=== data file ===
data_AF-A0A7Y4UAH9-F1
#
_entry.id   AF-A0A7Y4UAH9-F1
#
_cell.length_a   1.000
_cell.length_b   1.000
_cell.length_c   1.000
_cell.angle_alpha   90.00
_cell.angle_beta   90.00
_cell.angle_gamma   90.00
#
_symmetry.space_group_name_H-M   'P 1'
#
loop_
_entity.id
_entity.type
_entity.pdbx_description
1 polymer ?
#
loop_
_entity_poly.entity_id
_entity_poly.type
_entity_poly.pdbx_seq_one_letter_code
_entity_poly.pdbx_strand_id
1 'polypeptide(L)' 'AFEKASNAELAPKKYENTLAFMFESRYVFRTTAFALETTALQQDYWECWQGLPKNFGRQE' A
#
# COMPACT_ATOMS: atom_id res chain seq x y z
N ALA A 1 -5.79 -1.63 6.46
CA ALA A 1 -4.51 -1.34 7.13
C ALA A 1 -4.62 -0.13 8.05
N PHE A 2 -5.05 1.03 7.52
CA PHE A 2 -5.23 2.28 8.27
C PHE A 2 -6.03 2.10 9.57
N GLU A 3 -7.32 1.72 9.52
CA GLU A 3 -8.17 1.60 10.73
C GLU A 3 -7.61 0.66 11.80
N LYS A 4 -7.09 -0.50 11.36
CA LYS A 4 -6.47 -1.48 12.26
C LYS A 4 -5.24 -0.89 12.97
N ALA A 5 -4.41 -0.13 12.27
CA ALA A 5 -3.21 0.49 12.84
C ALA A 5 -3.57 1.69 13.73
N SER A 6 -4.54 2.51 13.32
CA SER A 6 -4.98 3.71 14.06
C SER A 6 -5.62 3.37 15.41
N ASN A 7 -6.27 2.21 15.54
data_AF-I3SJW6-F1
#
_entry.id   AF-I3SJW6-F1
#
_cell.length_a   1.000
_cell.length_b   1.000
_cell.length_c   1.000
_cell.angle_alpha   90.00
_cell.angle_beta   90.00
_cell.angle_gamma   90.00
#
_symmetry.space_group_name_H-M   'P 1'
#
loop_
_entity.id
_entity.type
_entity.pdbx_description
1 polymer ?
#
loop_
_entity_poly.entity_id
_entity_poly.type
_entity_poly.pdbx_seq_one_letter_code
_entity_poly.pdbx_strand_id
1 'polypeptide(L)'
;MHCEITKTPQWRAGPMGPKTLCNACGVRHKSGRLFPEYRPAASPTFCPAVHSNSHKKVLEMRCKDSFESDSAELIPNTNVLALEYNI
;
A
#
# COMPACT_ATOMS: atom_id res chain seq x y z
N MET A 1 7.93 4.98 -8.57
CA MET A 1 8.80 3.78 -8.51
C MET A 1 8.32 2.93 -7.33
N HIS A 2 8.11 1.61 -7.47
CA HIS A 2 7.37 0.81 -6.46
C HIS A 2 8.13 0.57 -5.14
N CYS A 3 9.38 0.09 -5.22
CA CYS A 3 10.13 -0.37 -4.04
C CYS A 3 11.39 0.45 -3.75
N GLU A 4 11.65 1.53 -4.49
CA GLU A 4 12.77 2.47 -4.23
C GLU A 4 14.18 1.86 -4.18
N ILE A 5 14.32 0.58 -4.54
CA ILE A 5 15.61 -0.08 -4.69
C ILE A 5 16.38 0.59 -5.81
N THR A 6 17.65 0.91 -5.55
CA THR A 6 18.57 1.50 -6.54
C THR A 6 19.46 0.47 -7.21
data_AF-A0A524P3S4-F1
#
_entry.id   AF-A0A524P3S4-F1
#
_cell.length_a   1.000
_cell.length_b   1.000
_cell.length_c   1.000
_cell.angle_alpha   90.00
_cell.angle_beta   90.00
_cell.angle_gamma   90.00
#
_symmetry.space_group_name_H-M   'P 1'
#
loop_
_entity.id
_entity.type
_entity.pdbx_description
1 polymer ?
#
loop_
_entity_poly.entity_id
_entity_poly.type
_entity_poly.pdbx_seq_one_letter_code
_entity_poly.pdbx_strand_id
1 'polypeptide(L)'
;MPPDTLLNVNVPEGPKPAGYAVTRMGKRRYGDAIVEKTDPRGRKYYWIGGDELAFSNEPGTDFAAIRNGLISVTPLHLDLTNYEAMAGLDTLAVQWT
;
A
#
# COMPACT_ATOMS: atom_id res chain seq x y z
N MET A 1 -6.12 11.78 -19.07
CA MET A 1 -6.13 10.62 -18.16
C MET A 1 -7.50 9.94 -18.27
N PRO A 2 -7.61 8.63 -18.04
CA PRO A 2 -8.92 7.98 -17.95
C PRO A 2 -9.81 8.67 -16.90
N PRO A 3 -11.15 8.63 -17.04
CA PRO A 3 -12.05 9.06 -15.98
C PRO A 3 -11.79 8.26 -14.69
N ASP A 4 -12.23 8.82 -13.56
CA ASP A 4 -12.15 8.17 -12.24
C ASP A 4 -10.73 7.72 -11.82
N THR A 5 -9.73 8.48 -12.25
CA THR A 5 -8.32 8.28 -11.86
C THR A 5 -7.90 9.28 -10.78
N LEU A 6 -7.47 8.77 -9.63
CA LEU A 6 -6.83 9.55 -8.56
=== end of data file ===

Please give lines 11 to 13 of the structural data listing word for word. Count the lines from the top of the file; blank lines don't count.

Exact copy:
#
_symmetry.space_group_name_H-M   'P 1'
#